BET CHRÉTIEN CAN’T WAIT
Former prime minister Paul Martin spoke at the University of Ottawa about the G8 being obsolete and how the future belongs to the G20. The talk was presented by the university and Library and Archives Canada. At the top of his speech, Martin mentioned how, after he was no longer PM, the archives sat him down for taped interviews and peppered him with questions about his time in office. In the audience was the president of the university, Allan Rock, a minister under Jean Chrétien, and Liberal House leader Ralph Goodale. Martin said he had great things to say about both Rock and Goodale in those interviews but, he added (not too optimistically for his former colleagues), they will never get to hear them because the archives seal the tapes for 30 years. One can only imagine what Martin said about Chrétien.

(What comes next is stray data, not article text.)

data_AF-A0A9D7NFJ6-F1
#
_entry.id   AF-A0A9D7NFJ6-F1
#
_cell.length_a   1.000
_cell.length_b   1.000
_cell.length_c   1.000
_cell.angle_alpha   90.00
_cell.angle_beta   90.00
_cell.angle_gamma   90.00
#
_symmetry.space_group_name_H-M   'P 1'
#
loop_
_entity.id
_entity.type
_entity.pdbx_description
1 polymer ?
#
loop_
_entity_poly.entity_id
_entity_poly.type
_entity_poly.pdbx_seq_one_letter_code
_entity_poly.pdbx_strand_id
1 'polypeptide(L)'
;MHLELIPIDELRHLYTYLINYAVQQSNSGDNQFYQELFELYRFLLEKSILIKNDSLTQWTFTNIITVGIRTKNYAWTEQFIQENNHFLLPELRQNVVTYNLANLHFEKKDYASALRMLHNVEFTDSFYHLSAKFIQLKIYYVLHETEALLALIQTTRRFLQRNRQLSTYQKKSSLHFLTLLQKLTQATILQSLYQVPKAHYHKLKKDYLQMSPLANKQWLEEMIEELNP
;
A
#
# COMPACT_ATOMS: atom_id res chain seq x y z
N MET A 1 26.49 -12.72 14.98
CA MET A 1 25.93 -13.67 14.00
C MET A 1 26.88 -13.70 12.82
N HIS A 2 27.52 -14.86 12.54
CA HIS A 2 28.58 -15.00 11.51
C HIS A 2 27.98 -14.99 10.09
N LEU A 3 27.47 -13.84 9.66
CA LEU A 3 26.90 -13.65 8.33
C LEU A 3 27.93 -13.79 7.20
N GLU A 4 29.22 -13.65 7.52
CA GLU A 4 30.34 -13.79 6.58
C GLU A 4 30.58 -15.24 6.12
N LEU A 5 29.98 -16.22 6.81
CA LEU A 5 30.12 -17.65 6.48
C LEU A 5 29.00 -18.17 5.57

WE ALMOST HAD A CANNABIS FLAG?
Heritage Minister James Moore presided over a special Flag Day celebration in Speaker Peter Milliken’s Hill reception room. A stunning collection that includes all of Canada’s historical flags (including ones like the white flag of the French navy before Canada was even a country) was created by Immigration Minister Jason Kenney when he was in a prior portfolio. Kenney noted that the Speaker’s reception room was where the parliamentary committee first met to discuss the new flag that resulted in the current Maple Leaf, which first flew on Feb. 15, 1965. A Tory MP noted with a smile that one of the options for the new Canadian flag on display featured a green leaf that, in his opinion, looked a lot like a cannabis leaf.